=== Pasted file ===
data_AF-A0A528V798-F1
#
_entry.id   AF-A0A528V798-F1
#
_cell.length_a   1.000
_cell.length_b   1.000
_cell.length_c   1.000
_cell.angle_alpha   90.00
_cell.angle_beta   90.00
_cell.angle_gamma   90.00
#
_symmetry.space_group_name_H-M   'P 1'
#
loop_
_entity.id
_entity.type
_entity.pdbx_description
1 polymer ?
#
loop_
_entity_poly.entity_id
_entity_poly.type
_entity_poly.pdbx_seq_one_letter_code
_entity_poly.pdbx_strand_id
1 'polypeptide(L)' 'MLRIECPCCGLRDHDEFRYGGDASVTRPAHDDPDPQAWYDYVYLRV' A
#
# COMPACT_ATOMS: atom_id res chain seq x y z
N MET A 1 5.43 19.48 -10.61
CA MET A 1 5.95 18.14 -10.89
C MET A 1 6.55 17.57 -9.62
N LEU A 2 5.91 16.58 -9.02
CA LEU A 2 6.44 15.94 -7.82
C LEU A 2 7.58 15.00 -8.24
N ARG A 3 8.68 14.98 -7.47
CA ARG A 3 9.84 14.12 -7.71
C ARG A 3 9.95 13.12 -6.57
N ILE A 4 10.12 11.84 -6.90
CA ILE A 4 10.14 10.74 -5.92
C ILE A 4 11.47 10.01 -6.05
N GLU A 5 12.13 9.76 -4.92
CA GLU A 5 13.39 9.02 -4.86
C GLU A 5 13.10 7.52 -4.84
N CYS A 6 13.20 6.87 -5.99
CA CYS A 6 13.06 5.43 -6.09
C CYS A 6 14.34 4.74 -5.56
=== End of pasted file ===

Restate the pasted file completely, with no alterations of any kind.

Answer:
data_AF-A0A528V798-F1
#
_entry.id   AF-A0A528V798-F1
#
_cell.length_a   1.000
_cell.length_b   1.000
_cell.length_c   1.000
_cell.angle_alpha   90.00
_cell.angle_beta   90.00
_cell.angle_gamma   90.00
#
_symmetry.space_group_name_H-M   'P 1'
#
loop_
_entity.id
_entity.type
_entity.pdbx_description
1 polymer ?
#
loop_
_entity_poly.entity_id
_entity_poly.type
_entity_poly.pdbx_seq_one_letter_code
_entity_poly.pdbx_strand_id
1 'polypeptide(L)' 'MLRIECPCCGLRDHDEFRYGGDASVTRPAHDDPDPQAWYDYVYLRV' A
#
# COMPACT_ATOMS: atom_id res chain seq x y z
N MET A 1 5.43 19.48 -10.61
CA MET A 1 5.95 18.14 -10.89
C MET A 1 6.55 17.57 -9.62
N LEU A 2 5.91 16.58 -9.02
CA LEU A 2 6.44 15.94 -7.82
C LEU A 2 7.58 15.00 -8.24
N ARG A 3 8.68 14.98 -7.47
CA ARG A 3 9.84 14.12 -7.71
C ARG A 3 9.95 13.12 -6.57
N ILE A 4 10.12 11.84 -6.90
CA ILE A 4 10.14 10.74 -5.92
C ILE A 4 11.47 10.01 -6.05
N GLU A 5 12.13 9.76 -4.92
CA GLU A 5 13.39 9.02 -4.86
C GLU A 5 13.10 7.52 -4.84
N CYS A 6 13.20 6.87 -5.99
CA CYS A 6 13.06 5.43 -6.09
C CYS A 6 14.34 4.74 -5.56